I’ve been reflecting a lot on energy recently. As the pregnant mother of a toddler, I guess it’s no surprise that there are days when I’m both physically and mentally exhausted! But, having spoken to friends, family, and members of the Tribe recently – I realise there seems to have been a collective lack of energy in the air these last few weeks.
Whether you’ve been waking up feeling flat, bailing on your gym classes, spending lethargic days on the couch, flaking on lunch dates or – heaven forbid – putting off doing your household chores more than usual, this lack of energy starts to take a toll on your physical, mental and emotional experiences.
I know anxious energy and uncomfortable vibes are often associated to ‘Mercury Retrograde’ and, in my circle of friends, we have often (jokingly) used it as a scapegoat of sorts for our own erratic behaviour. In fact, when I first sat to write this blog entry, I’d joked that this time we couldn’t blame the recent lull in energy on Mercury. HOWEVER, I then looked at the dates for Retrograde in 2021, and boy was I wrong!
For those of you less familiar with what Mercury Retrograde actually is – it refers to the illusion that Mercury is orbiting in a reverse direction and, given Mercury’s association with communication – it represents a time when we may experience an increase in disagreements and misunderstandings, as well as a host of other anxiety-provoking situations.
The first of three Mercury Retrograde instances for 2021 began on January 30th and ended on February 21st – the exact three-week period I found myself and those around me at odds. Tempers were flaring, anxieties were running high, racing minds preventing sleep, travel plans sullied, big decisions unable to be made – all the ‘side effects’ of Mercury Retrograde were in full force, and I hadn’t even realised. So, if this period felt particularly challenging for you as well, just know you weren’t alone!
Though a relief to know I can continue blaming Mercury for my mood swings, I do have to concede there are several other contributing factors to low energy (like pregnancy!), particularly in our current climate…
I know for many the uncertainty that comes with Covid-19 is a constant stress, leaving us at a deficit to handle the rest of life’s craziness. And – unfortunately, it’s here to stay for the foreseeable future. So, while we need to take Covid somewhat in our day-to-day stride, we also need to ensure we are giving our minds and bodies the resources they need to maintain enough energy to enjoy life to its fullest.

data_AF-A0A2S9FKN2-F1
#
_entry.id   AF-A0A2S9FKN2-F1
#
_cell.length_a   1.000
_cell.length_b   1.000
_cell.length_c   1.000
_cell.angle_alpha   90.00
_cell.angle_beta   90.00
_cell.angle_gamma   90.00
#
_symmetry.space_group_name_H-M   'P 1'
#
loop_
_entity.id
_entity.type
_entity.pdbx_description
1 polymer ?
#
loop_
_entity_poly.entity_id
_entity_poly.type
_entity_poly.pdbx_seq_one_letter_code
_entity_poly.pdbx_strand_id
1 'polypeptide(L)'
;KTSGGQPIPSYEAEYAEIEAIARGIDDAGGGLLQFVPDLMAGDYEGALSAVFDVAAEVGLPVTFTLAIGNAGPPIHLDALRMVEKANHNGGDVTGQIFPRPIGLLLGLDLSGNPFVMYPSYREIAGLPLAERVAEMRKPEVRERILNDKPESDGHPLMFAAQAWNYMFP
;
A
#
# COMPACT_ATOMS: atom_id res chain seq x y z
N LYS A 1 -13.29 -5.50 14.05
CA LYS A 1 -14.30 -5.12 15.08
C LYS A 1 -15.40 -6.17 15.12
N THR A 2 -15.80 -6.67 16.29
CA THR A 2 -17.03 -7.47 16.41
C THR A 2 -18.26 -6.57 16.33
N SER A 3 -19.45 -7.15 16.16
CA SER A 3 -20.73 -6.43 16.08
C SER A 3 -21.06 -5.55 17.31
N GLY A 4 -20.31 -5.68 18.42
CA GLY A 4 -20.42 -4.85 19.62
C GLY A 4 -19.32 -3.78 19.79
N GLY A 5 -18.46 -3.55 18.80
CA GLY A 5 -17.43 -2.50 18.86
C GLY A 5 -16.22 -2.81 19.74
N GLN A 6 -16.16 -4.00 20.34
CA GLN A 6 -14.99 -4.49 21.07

Our monthly cycles are another energy-sapping culprit. While we’re well versed in PMS and its plethora of frustrating symptoms, it’s easy to overlook fluctuating hormones and get caught up in a ‘world’s coming to an end’ mentality. Sound familiar? Next time you find yourself in one of these funky moods, take the time to pause and reflect on when the last time you felt this way was. Add these experiences to your calendar so it’s easier to track and identify whether it’s cyclic in nature. And, if your crabby, ansy attitude IS down to PMS, cut yourself some slack. The female body is a miracle in what in undergoes daily and deserves a little RnR!
The weather also plays a significant role in determining our mood and energy levels. For much of Australasia temperatures have been soaring, leading to humidity levels so high you’re practically in a puddle the minute you leave the safety of your air-con, and nights are spent tossing and turning trying to cool down. High temperatures and sleepless nights naturally result in lethargy, short-fused tempers, and a general decrease in desire to move any more than is necessary.
Though each of the above factors are beyond our control, what we can do is decide how we respond to these influences and partake in remedies and activities that are mood and energy bolstering.
1. Activities such as meditation, yoga and tai chi are proven to combat stress and anxiety – two common underlying causes of low energy. Whether they are practices you engage in regularly or not, try dedicating 15 minutes each day to focusing on your breathing and moving in a manner that honours, rather than challenges, your body.
2. Try lightening your load. The year has been off to a busy start, and with EOFY goals looming and the flow on effects from lockdowns still reverberating, companies – and their employees - are under the pump. Social and familial obligations also play their part in adding to our workloads. Prioritise that which is absolutely necessary and politely bow out of the rest – at least until you’re feeling up to it.
3. Eat foods with a low glycemic index (meaning foods whose sugars are absorbed slowly) to prevent your energy levels from peaking then dropping suddenly. Avoid high carb foods and instead opt for proteins, whole grains, nuts, and fibrous vegetables like artichokes, sweet potato and broccoli.
4. Drink lots of water! One of the first side effects of dehydration is fatigue and, in these hot summer months, it’s easy to get distracted and not consume enough water.
If the above tips don’t help bolster your energy, it’s also worth chatting to a naturopath* or your doctor as there may be an underlying cause of your fatigue.
Regardless of the cause, it’s crucial to remember loving kindness is key. When you’re having a low day, feeling flat, experiencing PMS, or didn’t get enough sleep – acknowledge this. Don’t push yourself or try to shove those feelings away. Sit with them, voice your frustrations, and breathe. Know it will pass and you’ll return to your usual self soon. And remember, when all else fails you can always blame Mercury Retrograde 😉
*Anyone interested in working with a naturopath, Amy Mingin from Women’s Health Online has been a saviour for my family and I, highly recommend!